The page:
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Showing content with the highest reputation since 05/25/2019 in all areas

  1. 13 points
    Not wanting to hijack the Small Claims thread, starting this new one. The above is a quote from Ajijic_hiker. I would say that comment might be a bit of an overstatement. The percentage of people who use this board, compared to the number of expats who live here, is miniscule. And of course Mexicans and tourists make up a huge part of the restaurant-going public, and they don't read this board. Sure, a new restaurant may get a nice bump for a week or so from the maybe dozen people on this board who will try it. But to say they have an influence on how well or how poorly a place does... no. A restaurant here survives or dies based on its own merits. The fact that we have so many die has nothing to do with a bad review from one of us. In fact, I know even a cursory overview of past reviews will reveal very, very few negative posts. It usually only happens when something really bad has caused a nasty visit. I personally dislike jumping down the throat of a place I didn't like; rather, you'll see my posts are generally only positive ones. (That doesn't mean I avoid anything negative within those comments.) And most members here are the same. But again, the very small group of people who like to eat out and report their findings here, is far too puny to make any kind of an impact, except for that initial round. Now, it may be misleading for the restaurant owner, who is surprised by having a bunch of guests during the opening week or so, only to discover that the "crowd" has dwindled out the next week. But that should only cause an owner to redouble efforts. Which they often don't, especially when they don't even bother maintaining a firm grip on day-to-day operations. So many of them are off-site, and that just doesn't work. Look at the popular restaurants: the owners are always there.
  2. 11 points
    Perhaps after you have been in Mexico a bit longer, if you make it, you will realize how foolish saying something like that makes you look to everyone within earshot. Think of it as "Losing Face" and that's what it amounts to in the Mexican culture. Same as raising your voice in Telmex or CFE. Pay attention to how the locals handle things and you won't stick out like the sore thumb or Ugly American (Canadians are just as guilty). Best of luck in your new life.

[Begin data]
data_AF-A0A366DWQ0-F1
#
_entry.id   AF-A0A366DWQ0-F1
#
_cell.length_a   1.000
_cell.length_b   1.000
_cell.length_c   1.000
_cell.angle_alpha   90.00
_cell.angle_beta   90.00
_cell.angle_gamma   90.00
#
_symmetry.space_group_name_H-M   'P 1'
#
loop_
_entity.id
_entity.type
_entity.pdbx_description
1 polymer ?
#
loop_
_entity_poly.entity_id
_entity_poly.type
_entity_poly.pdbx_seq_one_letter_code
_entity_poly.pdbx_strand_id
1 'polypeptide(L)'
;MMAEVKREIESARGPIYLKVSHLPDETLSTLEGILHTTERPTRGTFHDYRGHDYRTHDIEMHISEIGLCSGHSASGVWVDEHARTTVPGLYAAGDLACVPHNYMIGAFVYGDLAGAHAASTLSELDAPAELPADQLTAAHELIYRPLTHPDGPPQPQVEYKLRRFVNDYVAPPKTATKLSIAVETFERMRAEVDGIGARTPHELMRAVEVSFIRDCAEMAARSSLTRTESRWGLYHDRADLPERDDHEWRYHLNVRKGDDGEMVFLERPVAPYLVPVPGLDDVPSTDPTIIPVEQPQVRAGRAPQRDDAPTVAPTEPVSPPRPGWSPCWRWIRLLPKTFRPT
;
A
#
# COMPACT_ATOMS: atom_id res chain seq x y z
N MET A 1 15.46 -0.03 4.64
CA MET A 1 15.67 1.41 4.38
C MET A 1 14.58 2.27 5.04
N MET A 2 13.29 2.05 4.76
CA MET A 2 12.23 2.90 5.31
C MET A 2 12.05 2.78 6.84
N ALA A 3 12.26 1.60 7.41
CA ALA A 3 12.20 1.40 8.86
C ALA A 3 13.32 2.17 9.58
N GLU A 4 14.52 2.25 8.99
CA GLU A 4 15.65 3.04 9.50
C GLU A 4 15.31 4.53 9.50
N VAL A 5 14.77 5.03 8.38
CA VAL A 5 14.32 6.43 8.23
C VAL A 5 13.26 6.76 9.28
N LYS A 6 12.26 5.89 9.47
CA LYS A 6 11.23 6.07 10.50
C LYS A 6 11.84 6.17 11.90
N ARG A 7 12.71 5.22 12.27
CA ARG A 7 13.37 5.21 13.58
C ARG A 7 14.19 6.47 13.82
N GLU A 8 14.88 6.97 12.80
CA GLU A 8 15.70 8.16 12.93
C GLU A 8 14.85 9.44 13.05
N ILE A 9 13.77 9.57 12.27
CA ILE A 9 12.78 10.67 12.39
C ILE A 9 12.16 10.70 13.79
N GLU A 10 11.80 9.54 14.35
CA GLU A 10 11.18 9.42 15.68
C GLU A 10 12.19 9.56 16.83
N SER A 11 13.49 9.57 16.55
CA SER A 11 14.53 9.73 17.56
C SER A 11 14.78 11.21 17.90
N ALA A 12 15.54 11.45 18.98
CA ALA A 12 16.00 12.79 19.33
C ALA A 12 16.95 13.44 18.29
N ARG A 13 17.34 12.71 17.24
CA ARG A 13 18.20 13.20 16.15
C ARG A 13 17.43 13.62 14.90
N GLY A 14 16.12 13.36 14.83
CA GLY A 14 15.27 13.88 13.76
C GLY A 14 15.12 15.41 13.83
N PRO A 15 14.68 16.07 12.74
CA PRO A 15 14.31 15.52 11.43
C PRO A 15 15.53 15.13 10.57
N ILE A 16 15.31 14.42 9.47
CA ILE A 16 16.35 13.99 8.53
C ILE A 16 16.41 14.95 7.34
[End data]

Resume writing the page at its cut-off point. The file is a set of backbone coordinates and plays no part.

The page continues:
3. 10 points
    What an absolute load of unmitigated hogwash. CHECK YOUR FACTS. Allyn and Beverly Hunt bought that paper decades ago, both Americans. Sean is as reported, American, Michael British, both have Mexican status. Their interest is in serving the expat populace. Dale is a reporter and does not run the paper or decide what goes in it. If I want a biased viewpoint of the U.S. I'll read your stuff. Your denigration of the viewpoint of the entire country of Canada is shameful to me, and smacks of xenophobia.
  4. 9 points
    I was fine with the bra thing and protesting, bashing Walmart, but then it turned to the logic for the same, was that Mexico is just brim full of lawbreakers of every stripe and this was the logic for objecting to not being able to try on a bra, whether it be store policy or law. Personally, I don´t care about the OP topic but I do care when I think someone is bashing the country and the people I am a part of. You don´t go to someone´s house and start running down their family.
  5. 9 points
    “There ain't no answer. There ain't gonna be any answer. There never has been an answer. There's your answer.” ― Gertrude Stein
  6. 9 points
    To my knowledge we have neither a "Brickette" nor a Pedro here and if I get the idea the latter Pedro of infamy is here under a new handle his stay will be short. Not only has this thread totally diverged from the OP's request, it has degenerated into a personal pissing match. Closed.
  7. 8 points
    Jim Bowie I am not a US citizen and come from a socialist country and unlike many people in the US , I am not afraid or against socialism..
  8. 8 points
    Mainecoons…..it is is raining at my house and I´m feeling really silly. In deference to your suggestion, I did go out and look to see which direction it was coming from and it appears to be coming from "UP".
  9. 8 points
    The tiny minority of people on this board and other local boards do not have enough power to affect anything.You are grossly mistaken with your mere speculation and not fact based by any means.
  10. 8 points